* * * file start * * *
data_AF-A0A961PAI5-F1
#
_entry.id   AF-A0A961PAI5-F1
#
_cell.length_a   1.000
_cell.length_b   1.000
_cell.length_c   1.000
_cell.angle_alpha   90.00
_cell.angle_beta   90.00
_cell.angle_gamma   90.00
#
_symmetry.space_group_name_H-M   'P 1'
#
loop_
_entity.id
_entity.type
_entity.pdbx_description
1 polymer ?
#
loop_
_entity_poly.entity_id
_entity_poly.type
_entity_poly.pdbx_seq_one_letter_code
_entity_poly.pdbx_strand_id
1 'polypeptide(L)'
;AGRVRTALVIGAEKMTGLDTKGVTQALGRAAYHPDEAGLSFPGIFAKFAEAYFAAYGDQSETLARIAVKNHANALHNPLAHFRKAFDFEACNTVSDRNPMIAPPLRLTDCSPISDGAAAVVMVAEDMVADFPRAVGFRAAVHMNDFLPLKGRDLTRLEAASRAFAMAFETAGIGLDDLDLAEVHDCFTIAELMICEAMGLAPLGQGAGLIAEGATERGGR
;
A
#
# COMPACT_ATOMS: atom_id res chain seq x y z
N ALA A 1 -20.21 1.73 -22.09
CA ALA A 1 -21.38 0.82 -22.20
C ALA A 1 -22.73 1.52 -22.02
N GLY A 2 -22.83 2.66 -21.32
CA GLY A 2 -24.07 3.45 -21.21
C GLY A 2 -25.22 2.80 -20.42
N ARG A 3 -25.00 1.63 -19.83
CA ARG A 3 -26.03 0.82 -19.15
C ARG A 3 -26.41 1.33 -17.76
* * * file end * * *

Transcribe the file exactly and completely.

data_AF-A0A961PAI5-F1
#
_entry.id   AF-A0A961PAI5-F1
#
_cell.length_a   1.000
_cell.length_b   1.000
_cell.length_c   1.000
_cell.angle_alpha   90.00
_cell.angle_beta   90.00
_cell.angle_gamma   90.00
#
_symmetry.space_group_name_H-M   'P 1'
#
loop_
_entity.id
_entity.type
_entity.pdbx_description
1 polymer ?
#
loop_
_entity_poly.entity_id
_entity_poly.type
_entity_poly.pdbx_seq_one_letter_code
_entity_poly.pdbx_strand_id
1 'polypeptide(L)'
;AGRVRTALVIGAEKMTGLDTKGVTQALGRAAYHPDEAGLSFPGIFAKFAEAYFAAYGDQSETLARIAVKNHANALHNPLAHFRKAFDFEACNTVSDRNPMIAPPLRLTDCSPISDGAAAVVMVAEDMVADFPRAVGFRAAVHMNDFLPLKGRDLTRLEAASRAFAMAFETAGIGLDDLDLAEVHDCFTIAELMICEAMGLAPLGQGAGLIAEGATERGGR
;
A
#
# COMPACT_ATOMS: atom_id res chain seq x y z
N ALA A 1 -20.21 1.73 -22.09
CA ALA A 1 -21.38 0.82 -22.20
C ALA A 1 -22.73 1.52 -22.02
N GLY A 2 -22.83 2.66 -21.32
CA GLY A 2 -24.07 3.45 -21.21
C GLY A 2 -25.22 2.80 -20.42
N ARG A 3 -25.00 1.63 -19.83
CA ARG A 3 -26.03 0.82 -19.15
C ARG A 3 -26.41 1.33 -17.76